April 24, 2024

Airway Management Devices – Ensuring Patient Safety During Procedures

 It is one of the most important aspects of patient care as loss of airway can quickly lead to hypoxia and even death. Various airway management devices have been developed over the years to facilitate endotracheal intubation and ventilation during anesthesia, resuscitation, or procedures where maintaining a patent airway is critical. In this article, we will discuss some commonly used airway management devices and their role in maintaining patient safety.

Oral and Nasal Airways

One of the simplest airway management devices are oral and nasal airways. These devices help maintain an open airway by inhibiting the tongue from obstructing the airway when a patient is unconscious. Oral airways are often made of plastic and have a rounded end that is inserted into the mouth to keep it open. Nasal airways are tube-like devices inserted into the nose to prevent collapse of the soft palate at the back of the throat. They find frequent use in emergency rooms and intensive care units to help maintain airway patency in unconscious patients. While basic, these devices play an important supportive role in airway management protocols along with bag-valve-mask ventilation.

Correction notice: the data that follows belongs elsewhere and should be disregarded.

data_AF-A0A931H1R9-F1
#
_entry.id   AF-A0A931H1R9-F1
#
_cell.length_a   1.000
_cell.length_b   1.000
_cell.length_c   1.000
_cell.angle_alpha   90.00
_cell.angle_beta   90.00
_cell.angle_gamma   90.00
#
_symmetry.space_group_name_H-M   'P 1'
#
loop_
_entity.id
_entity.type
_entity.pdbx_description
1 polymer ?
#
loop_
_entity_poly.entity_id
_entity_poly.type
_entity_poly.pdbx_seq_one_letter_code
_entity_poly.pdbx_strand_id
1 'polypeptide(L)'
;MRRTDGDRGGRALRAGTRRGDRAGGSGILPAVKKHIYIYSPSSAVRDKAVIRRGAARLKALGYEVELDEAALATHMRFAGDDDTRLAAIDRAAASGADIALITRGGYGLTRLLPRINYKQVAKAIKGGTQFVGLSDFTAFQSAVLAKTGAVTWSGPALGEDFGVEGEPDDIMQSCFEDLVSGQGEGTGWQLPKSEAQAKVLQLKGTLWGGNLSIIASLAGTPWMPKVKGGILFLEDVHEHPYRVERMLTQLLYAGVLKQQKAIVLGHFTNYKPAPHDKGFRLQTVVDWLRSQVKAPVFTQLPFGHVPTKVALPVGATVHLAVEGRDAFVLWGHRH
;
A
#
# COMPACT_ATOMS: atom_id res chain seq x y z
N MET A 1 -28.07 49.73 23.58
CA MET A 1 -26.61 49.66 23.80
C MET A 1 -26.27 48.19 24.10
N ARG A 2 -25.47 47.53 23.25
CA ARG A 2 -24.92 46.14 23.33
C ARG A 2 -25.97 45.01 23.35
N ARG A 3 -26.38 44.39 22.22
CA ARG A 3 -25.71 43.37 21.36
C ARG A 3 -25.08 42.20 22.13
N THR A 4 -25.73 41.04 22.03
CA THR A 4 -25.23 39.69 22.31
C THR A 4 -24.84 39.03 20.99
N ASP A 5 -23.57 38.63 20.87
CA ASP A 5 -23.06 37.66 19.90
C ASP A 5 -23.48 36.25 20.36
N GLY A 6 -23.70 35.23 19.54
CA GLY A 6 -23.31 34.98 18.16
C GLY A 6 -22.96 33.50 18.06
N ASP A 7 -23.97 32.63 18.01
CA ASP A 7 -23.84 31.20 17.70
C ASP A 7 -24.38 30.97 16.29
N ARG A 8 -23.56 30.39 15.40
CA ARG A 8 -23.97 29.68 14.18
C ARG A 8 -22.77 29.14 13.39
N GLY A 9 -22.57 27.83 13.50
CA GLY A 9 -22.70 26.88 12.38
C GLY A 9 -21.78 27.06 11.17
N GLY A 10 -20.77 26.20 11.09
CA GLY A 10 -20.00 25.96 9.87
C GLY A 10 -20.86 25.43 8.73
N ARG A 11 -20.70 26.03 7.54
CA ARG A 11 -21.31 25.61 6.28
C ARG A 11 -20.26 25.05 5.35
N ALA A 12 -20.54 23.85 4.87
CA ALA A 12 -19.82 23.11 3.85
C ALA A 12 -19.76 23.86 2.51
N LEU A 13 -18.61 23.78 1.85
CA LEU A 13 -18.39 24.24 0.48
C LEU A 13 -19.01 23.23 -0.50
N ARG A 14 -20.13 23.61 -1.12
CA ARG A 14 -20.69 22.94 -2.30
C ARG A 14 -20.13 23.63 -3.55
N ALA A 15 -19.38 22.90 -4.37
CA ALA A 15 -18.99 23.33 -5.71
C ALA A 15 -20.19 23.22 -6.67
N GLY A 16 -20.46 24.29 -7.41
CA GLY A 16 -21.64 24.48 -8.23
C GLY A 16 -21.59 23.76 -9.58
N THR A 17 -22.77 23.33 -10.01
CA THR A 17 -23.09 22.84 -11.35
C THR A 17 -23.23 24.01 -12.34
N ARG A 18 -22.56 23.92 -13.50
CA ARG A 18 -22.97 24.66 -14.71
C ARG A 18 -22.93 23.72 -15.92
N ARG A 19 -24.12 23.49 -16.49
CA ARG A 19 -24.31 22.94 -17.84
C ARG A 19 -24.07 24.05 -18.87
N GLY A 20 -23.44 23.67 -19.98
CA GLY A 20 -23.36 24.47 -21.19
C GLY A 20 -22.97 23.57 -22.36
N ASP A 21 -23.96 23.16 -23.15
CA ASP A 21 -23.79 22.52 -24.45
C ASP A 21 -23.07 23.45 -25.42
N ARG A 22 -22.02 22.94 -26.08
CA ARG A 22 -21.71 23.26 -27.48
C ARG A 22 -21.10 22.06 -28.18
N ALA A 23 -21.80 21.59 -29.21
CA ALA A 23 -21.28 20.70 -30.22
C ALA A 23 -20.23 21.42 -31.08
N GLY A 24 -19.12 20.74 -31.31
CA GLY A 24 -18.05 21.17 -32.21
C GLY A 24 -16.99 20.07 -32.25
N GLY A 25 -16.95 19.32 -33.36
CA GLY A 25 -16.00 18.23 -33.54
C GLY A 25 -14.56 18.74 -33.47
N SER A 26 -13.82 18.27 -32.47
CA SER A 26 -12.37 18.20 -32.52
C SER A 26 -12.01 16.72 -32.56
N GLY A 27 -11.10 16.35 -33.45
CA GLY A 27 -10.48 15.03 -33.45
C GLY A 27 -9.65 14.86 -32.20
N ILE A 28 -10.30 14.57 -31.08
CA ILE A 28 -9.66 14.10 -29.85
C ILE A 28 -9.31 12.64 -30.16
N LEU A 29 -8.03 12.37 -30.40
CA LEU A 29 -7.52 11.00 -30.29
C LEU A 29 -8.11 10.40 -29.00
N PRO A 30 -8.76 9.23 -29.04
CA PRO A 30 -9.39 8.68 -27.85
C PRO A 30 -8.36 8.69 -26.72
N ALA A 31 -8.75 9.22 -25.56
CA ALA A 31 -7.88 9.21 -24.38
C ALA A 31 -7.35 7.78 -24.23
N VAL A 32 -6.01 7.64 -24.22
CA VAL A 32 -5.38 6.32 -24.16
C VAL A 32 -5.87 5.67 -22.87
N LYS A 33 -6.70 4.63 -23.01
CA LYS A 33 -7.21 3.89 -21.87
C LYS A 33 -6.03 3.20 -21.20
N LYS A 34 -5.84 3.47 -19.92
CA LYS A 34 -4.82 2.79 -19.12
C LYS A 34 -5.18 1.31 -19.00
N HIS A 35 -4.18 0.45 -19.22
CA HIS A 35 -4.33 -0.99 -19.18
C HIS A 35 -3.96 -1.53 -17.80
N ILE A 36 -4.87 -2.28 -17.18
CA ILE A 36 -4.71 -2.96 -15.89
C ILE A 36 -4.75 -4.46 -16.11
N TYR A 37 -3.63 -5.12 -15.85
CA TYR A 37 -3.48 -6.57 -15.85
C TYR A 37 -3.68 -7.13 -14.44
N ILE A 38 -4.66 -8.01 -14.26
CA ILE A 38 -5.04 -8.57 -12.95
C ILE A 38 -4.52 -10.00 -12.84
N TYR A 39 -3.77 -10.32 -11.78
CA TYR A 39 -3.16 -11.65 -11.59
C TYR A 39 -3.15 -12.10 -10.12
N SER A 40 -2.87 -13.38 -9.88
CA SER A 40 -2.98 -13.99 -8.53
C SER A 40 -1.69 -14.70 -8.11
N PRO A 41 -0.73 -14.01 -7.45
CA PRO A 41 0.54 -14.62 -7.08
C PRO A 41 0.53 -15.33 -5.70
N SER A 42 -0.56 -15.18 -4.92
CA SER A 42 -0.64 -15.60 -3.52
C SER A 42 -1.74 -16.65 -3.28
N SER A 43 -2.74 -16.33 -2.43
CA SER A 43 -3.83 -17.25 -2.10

Laryngeal Mask Airways

A more advanced alternative to oral/nasal airways is the laryngeal mask airway (LMA). It is a soft, air-filled cone with an inflatable cuff that fits snugly around the laryngeal inlet. LMAs provide a safer and more effective ventilatory pathway than basic airways as they form a low-pressure seal around the larynx. Various sizes of LMAs allow usage in pediatric to adult patients. They find widespread use for procedures requiring general anesthesia but not an endotracheal tube. LMA insertion does not require complex intubation skills and they have a high success rate of establishing an airway. However, LMAs only ventilate the lungs and do not protect against aspiration of gastric contents like endotracheal tubes.

Video Laryngoscopes